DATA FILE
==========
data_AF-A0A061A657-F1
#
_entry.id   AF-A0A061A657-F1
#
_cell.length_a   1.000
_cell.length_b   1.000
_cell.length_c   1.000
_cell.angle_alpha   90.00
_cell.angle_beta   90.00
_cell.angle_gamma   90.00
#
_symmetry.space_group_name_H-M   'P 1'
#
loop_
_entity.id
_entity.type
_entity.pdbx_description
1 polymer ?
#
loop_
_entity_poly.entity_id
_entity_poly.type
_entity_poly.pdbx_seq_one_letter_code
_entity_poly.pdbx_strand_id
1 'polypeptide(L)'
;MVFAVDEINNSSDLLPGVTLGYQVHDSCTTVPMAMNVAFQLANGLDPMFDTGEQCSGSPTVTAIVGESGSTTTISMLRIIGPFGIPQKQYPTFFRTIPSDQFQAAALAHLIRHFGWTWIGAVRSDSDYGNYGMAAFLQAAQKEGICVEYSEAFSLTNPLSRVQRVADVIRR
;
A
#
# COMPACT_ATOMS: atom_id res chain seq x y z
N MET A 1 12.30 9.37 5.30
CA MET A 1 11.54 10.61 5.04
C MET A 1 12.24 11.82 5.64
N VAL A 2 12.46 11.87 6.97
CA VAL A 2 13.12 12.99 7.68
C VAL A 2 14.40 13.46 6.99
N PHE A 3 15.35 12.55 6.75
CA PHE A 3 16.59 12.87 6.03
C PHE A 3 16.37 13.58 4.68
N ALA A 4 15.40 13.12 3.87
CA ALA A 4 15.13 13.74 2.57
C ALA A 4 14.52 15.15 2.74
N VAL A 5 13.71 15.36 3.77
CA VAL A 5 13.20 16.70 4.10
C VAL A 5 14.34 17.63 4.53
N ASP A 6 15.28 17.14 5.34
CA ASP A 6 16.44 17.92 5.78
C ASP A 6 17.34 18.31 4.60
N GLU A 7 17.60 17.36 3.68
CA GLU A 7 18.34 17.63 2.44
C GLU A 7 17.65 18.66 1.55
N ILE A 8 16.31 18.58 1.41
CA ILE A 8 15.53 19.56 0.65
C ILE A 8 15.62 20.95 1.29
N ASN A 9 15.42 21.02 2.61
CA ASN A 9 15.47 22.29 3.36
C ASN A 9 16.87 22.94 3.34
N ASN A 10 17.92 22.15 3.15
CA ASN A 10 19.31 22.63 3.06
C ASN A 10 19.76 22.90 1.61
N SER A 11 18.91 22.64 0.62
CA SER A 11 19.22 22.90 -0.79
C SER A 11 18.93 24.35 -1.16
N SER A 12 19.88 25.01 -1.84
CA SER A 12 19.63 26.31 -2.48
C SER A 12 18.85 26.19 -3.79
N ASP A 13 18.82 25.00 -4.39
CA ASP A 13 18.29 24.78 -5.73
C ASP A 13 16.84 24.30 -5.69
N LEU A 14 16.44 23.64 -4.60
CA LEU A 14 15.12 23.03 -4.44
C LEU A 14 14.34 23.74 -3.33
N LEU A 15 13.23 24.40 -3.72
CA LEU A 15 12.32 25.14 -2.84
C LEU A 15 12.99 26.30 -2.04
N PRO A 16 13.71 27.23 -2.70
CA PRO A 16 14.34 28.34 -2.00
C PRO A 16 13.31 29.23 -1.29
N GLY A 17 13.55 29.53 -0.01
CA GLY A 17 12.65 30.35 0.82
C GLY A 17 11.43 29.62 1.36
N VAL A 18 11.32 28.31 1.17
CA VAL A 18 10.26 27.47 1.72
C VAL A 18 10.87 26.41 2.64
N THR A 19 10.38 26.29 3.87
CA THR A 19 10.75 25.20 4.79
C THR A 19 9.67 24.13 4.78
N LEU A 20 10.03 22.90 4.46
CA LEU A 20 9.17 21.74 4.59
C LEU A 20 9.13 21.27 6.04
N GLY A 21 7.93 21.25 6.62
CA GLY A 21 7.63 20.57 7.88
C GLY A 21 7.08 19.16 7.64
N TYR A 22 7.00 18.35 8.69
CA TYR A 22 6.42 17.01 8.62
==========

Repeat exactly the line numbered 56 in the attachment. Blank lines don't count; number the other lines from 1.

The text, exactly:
CA ASN A 9 15.47 22.29 3.36